With two points from two matches, the USMNT went back on the road to Honduras looking to make up for points dropped at home to Canada. Gregg Berhalter elected to start the youngest USMNT World Cup Qualifying lineup of all-time, including 18-year-old Ricardo Pepi who became the second youngest U.S. player to feature in a qualifier.

Brayan Moya’s 27th minute header put Honduras up going into the locker room, but the USMNT bounced back on the strength of Pepi and halftime substitutes Robinson, Aaronson and Sebastian Lletget. The 18-year-old striker assisted on Robinson’s 48th minute equalize and nodded the USMNT ahead with his first goal international goal in the 75th minute.

As Honduras pushed to tie the match, Pepi linked up with Aaronson who put the game on ice in the 87th minute before Lletget put home a rebound on Pepi’s shot in second-half stoppage time to close out a resounding 4-1 comeback win.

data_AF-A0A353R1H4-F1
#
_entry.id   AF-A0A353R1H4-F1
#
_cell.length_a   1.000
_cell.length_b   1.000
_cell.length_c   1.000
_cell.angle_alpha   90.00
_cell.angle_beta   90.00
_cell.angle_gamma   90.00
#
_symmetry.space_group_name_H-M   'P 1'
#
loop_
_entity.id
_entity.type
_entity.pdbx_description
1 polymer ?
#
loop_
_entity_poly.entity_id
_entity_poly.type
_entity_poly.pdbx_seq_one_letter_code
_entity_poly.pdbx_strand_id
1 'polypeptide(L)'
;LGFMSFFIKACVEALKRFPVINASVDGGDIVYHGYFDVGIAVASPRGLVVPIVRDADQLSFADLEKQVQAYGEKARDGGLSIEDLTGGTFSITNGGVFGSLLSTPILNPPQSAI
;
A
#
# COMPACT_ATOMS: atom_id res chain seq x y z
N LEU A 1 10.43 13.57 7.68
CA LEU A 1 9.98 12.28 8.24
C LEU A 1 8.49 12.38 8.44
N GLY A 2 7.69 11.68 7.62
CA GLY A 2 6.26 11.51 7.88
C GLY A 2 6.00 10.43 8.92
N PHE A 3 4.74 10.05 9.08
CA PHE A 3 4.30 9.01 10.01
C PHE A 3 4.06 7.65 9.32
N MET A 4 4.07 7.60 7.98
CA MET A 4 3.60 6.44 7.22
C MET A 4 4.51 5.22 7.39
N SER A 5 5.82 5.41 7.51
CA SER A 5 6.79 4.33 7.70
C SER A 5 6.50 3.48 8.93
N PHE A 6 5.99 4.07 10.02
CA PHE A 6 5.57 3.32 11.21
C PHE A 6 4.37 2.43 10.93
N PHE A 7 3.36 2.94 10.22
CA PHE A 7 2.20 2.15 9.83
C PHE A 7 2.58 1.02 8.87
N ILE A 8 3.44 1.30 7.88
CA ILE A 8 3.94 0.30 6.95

While the USA dropped points in the window with a draw at home to Canada, the team made up for it by downing Honduras on the road. With two away games and one home match to open the window, the USMNT came out with five total points, good enough to place it in a tie for second in the region after the first set of matches.


  • Here are some basic rules of competition to keep track of during the Final Round
  • While teams can travel with as many players as they choose, a total of 23 players can be included on a matchday roster
  • There is no ‘set’ roster for World Cup Qualifying, so teams can change players from game to game.
  • Up to five substitutions can be made in any match
  • A player who receives individual yellow cards in two separate matches will be suspended for the following match
  • If a match is tied after regulation time, it will end in a draw and each team will receive a point
  • VAR will not be used during the Final Round
  • At the end of the 14-match set in March 2022, the top three teams will automatically qualify for the 2022 FIFA World Cup, while the fourth-place finisher will go into a two-leg home-and-away Intercontinental Playoff with a team from another region during the June international window for the right to play in Qatar.

Featured Players

See Commitment List